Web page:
Tampa Bay institutions that are long gone, but desperately need a comeback

In this world, things come and go, no matter how much we want them to stay.

Tampa Bay has seen its fair share of legendary restaurants, music venues, bowling alleys, radio stations, and more die out over the ages. Whether it's been a result of rising property value, the pandemic, or even police raids, though the doors may have closed, these places will live on in our minds and hearts forever.

Here are a few iconic local institutions from Tampa Bay's past that need a triumphant comeback.

Beware of nostalgia.
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Fun-Lan Drive-in Theater
Drive-in movie theaters are already rare in Tampa Bay, so when Fun-Lan’s 650-car theater closed down last year during the pandemic after over 70 years of service, the city took a major loss. The property has been purchased and the owners claim to construct an affordable housing complex.
Photo via Justin Garcia

Fun-Lan Drive-in Theater

Drive-in movie theaters are already rare in Tampa Bay, so when Fun-Lan’s 650-car theater closed down last year during the pandemic after over 70 years of service, the city took a major loss. The property has been purchased and the owners claim to construct an affordable housing complex.
Photo via Justin Garcia
Big Top Flea Market
Let’s just say the pandemic was not kind to flea markets. Big Top was the go-to spot for those looking to spend a lazy weekend day searching for knick knacks and bartering deals on sports cards. After 26 years of selling treasures to Tampa locals, the market was shut down in 2020. And you guessed it, townhouses are set to pop up on the property. 
Photo via Big Top Flea Market/Facebook

Big Top Flea Market

Let’s just say the pandemic was not kind to flea markets. Big Top was the go-to spot for those looking to spend a lazy weekend day searching for knick knacks and bartering deals on sports cards. After 26 years of selling treasures to Tampa locals, the market was shut down in 2020. And you guessed it, townhouses are set to pop up on the property.
Photo via Big Top Flea Market/Facebook
The Colonnade Restaurant
Before closing in 2016 and having its insides auctioned off to the public, the five-generation family-owned seafood restaurant served its customers for 80 long years—opening in 1935 before the start of World War II—and slowly became a piece of Tampa Bay history. The Colonnade was a popular spot amongst Tampa’s teenagers and served a variety of fresh fish and shellfish. The property is now home to The Virage, a condominium complex—and those teenagers kept going until the day the restaurant closed.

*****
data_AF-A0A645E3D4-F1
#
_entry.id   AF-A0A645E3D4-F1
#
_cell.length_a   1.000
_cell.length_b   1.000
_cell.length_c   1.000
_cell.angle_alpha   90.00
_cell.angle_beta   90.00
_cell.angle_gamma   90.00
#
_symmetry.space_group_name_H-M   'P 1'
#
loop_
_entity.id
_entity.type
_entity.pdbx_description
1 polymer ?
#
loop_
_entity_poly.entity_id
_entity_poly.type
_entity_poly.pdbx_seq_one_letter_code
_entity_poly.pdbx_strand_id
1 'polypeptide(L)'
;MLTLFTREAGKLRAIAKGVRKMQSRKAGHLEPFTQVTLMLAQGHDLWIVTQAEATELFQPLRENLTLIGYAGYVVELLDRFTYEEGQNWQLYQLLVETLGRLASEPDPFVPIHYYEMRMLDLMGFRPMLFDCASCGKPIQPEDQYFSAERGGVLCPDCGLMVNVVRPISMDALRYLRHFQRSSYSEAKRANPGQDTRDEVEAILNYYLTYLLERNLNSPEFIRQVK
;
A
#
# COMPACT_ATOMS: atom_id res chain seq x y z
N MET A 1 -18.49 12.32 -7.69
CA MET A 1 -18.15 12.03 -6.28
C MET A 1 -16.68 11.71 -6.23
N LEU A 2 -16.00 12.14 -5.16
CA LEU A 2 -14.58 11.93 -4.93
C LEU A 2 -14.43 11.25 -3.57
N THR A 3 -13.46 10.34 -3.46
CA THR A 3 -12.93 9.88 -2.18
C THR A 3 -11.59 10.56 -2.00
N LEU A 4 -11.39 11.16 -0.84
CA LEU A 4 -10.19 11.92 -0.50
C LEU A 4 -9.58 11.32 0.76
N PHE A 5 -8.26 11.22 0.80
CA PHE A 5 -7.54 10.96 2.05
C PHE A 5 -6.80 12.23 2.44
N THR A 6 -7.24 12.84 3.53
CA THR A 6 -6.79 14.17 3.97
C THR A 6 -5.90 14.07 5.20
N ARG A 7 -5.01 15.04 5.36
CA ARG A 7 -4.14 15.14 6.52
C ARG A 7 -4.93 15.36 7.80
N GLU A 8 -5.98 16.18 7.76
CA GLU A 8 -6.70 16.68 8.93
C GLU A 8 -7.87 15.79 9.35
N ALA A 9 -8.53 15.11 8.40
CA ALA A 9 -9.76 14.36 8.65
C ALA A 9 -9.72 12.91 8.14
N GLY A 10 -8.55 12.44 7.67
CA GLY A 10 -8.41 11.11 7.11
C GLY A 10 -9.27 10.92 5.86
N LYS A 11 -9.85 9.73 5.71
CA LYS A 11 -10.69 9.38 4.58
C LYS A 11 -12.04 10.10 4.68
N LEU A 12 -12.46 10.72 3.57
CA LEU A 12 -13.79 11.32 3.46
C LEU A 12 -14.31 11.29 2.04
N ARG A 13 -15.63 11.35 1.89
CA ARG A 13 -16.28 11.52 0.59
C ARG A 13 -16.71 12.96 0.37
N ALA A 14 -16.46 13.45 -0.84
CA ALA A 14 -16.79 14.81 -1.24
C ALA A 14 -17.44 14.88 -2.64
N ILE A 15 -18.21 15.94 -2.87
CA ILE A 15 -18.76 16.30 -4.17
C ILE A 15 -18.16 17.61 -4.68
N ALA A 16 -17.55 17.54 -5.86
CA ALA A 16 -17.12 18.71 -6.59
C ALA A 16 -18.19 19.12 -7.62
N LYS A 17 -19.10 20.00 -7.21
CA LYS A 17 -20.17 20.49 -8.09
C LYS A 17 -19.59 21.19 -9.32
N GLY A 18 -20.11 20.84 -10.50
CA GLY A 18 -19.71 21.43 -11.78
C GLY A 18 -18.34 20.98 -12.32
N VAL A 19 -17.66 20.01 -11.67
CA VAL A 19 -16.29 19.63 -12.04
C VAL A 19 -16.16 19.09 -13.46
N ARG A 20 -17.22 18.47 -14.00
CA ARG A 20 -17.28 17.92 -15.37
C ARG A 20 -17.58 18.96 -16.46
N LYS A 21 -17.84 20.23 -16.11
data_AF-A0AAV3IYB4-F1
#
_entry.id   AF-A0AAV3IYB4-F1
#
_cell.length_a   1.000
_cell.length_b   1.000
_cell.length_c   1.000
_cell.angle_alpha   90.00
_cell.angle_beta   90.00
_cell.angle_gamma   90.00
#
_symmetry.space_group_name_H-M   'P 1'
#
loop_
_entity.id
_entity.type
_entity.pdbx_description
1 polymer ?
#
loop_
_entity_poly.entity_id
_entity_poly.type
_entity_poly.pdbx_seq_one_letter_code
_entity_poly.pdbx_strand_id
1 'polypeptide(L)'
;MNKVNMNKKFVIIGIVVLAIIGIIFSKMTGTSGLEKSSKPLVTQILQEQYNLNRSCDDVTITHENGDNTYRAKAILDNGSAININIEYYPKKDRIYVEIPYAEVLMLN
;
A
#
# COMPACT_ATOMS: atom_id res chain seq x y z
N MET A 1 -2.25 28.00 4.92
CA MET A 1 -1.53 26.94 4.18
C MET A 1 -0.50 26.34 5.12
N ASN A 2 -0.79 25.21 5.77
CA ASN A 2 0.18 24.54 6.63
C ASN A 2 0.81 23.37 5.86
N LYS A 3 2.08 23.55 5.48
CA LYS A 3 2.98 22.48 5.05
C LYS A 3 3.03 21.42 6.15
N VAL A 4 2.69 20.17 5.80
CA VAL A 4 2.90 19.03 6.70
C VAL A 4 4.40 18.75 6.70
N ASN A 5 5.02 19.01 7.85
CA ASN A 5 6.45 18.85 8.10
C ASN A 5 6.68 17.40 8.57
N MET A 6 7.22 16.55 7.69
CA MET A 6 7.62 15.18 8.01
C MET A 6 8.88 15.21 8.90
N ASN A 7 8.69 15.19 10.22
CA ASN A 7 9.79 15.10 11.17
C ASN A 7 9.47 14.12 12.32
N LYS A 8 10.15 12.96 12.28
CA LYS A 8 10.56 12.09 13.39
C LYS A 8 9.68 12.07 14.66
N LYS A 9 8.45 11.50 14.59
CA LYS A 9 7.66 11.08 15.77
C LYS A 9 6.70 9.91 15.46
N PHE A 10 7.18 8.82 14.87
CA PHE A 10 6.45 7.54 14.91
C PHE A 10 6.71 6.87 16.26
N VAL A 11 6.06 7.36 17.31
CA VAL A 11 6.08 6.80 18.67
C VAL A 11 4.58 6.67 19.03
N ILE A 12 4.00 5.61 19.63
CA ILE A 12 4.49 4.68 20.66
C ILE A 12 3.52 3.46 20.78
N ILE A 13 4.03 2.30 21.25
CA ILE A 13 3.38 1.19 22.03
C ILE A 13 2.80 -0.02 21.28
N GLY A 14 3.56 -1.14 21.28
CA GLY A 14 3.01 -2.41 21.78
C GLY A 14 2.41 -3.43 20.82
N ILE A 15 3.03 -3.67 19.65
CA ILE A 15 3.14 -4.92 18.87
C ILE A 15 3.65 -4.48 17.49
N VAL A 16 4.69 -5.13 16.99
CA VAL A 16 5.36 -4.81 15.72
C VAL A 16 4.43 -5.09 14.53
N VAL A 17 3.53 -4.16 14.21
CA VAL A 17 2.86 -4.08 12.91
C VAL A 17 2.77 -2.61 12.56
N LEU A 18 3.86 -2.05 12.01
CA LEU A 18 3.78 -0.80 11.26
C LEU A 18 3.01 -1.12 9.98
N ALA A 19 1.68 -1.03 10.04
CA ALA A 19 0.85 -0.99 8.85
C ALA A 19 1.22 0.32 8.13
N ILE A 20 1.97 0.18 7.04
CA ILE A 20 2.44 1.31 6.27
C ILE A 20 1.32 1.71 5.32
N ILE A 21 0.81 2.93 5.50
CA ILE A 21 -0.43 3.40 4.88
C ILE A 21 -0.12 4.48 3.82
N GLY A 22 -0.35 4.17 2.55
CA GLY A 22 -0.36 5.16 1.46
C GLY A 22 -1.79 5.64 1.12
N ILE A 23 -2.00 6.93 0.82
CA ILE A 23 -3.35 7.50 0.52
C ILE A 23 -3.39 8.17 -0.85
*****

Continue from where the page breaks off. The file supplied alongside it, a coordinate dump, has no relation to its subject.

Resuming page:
Photo via Collonade Restaurant

The Colonnade Restaurant

Before closing in 2016 and having its insides auctioned off to the public, the five-generation family-owned seafood restaurant served its customers for 80 long years—opening in 1935 before the start of World War II—and slowly became a piece of Tampa Bay history. The Colonnade was a popular spot amongst Tampa’s teenagers and served a variety of fresh fish and shellfish. The property is now home to The Virage, a condominium complex—and those teenagers kept going until the day the restaurant closed.
Photo via Collonade Restaurant
Kapok Tree Inn
Clearwater’s Kapok Tree Inn was widely known as one of Florida’s most extravagant restaurants as a result of its Renaissance-inspired architecture, garden, waterfalls, chandeliers and themed dining rooms. Despite generating $10 million in sales in 1988, the inn closed in 1991, but the property still remains as an event venue and includes a Sam Ash Music Store.
Photo via Florida State Archives

Kapok Tree Inn

Clearwater’s Kapok Tree Inn was widely known as one of Florida’s most extravagant restaurants as a result of its Renaissance-inspired architecture, garden, waterfalls, chandeliers and themed dining rooms. Despite generating $10 million in sales in 1988, the inn closed in 1991, but the property still remains as an event venue and includes a Sam Ash Music Store.
Photo via Florida State Archives
Wilson’s Sports Lounge
After 50 years of cheap drinks, sticky floors and local comradery, Wilson’s had its last call in June earlier this year. The teal-colored, St. Pete dive bar—which appeared in the 2012 hit movie, “Magic Mike”—was a favorite spot for buddies looking to grab a cold one, watch the game and swap stories. People loved Wilson’s because its community—regulars welcomed newcomers, the bartenders were entertaining and everyone could be themselves.
Photo via SK West

Wilson’s Sports Lounge

After 50 years of cheap drinks, sticky floors and local comradery, Wilson’s had its last call in June earlier this year. The teal-colored, St. Pete dive bar—which appeared in the 2012 hit movie, “Magic Mike”—was a favorite spot for buddies looking to grab a cold one, watch the game and swap stories. People loved Wilson’s because its community—regulars welcomed newcomers, the bartenders were entertaining and everyone could be themselves.
Photo via SK West

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At a time when local-based reporting is critical, support from our readers is essential to our future.